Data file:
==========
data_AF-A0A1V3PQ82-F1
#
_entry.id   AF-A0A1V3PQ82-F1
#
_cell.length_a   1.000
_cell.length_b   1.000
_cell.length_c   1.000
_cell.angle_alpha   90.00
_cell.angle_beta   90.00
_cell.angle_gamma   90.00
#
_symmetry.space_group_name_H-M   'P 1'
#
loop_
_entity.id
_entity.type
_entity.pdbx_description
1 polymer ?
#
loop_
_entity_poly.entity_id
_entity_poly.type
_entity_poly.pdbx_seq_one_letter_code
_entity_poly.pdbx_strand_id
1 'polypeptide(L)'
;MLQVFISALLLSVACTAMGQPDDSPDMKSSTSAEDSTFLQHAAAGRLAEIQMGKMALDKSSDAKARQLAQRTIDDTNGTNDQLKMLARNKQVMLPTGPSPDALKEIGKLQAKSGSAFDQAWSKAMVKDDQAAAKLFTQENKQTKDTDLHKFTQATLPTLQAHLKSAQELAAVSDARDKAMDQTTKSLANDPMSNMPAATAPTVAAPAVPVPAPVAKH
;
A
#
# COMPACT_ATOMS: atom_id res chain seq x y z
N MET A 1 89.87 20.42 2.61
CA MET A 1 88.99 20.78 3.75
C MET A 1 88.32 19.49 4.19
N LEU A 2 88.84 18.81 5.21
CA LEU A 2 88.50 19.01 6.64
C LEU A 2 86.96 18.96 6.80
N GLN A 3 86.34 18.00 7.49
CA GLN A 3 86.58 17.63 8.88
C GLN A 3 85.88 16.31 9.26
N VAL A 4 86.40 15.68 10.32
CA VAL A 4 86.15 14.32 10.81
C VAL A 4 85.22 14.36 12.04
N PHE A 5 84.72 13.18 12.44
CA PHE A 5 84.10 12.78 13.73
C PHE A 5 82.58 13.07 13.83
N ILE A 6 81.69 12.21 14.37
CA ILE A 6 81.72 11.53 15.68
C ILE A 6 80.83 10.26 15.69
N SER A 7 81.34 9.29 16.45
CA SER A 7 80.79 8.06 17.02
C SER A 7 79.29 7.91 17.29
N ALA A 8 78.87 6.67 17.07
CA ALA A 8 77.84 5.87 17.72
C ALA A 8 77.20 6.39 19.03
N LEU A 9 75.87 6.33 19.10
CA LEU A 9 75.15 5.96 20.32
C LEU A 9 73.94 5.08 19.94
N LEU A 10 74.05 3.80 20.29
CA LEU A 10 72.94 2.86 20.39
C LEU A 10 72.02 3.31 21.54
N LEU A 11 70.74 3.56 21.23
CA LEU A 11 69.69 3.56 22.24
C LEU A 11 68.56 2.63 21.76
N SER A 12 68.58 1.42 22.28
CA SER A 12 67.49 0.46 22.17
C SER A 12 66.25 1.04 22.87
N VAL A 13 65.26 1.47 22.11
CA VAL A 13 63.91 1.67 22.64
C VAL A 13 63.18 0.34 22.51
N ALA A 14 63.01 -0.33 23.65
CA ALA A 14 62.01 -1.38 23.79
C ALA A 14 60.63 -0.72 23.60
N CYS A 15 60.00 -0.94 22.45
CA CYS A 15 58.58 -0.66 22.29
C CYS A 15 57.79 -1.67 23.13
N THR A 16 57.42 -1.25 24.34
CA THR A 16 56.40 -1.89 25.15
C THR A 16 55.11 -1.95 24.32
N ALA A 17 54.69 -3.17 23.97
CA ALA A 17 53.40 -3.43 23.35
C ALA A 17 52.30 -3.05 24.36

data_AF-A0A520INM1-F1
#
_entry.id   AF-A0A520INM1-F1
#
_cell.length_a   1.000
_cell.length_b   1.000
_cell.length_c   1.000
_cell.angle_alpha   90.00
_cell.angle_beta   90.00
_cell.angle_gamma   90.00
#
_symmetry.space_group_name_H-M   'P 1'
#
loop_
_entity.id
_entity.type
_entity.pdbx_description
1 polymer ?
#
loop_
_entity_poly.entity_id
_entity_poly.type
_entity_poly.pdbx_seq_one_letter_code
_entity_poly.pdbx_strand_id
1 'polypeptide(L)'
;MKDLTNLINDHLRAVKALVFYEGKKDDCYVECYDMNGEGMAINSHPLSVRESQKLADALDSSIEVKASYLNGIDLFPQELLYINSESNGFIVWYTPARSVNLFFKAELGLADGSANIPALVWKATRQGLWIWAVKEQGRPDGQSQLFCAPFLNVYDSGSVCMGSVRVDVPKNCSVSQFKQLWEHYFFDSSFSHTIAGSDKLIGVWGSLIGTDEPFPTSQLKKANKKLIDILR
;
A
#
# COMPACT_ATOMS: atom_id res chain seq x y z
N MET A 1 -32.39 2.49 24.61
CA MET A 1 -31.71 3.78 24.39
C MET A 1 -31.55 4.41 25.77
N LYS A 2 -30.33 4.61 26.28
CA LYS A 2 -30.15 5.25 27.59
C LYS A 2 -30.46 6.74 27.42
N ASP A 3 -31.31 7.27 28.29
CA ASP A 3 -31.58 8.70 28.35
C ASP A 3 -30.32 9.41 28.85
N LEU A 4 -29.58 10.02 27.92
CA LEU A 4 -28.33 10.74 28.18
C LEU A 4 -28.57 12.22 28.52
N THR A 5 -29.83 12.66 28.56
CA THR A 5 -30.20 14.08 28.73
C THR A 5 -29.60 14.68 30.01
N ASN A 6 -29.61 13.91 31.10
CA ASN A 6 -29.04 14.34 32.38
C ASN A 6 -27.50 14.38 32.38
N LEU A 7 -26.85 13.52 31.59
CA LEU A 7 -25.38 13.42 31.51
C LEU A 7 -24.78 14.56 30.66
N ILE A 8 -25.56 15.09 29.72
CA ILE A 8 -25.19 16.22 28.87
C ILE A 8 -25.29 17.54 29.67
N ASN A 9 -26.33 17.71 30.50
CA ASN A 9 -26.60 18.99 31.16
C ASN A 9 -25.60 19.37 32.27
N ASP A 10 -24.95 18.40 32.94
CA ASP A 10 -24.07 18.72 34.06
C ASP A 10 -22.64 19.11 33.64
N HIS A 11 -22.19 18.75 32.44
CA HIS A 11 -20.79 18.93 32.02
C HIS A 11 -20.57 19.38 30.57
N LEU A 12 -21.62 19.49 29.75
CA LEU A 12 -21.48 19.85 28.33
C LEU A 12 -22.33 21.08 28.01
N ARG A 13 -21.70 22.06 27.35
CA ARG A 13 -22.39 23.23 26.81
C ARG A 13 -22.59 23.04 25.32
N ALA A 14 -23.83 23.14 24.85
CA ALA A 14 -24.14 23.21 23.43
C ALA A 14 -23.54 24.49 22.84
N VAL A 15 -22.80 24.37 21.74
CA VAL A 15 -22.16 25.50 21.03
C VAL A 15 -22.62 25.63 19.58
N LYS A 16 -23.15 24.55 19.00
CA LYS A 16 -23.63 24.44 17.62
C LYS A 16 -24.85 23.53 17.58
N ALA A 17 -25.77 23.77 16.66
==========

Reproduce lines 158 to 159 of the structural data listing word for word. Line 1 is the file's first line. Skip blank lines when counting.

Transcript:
CA LYS A 16 -23.63 24.44 17.62
C LYS A 16 -24.85 23.53 17.58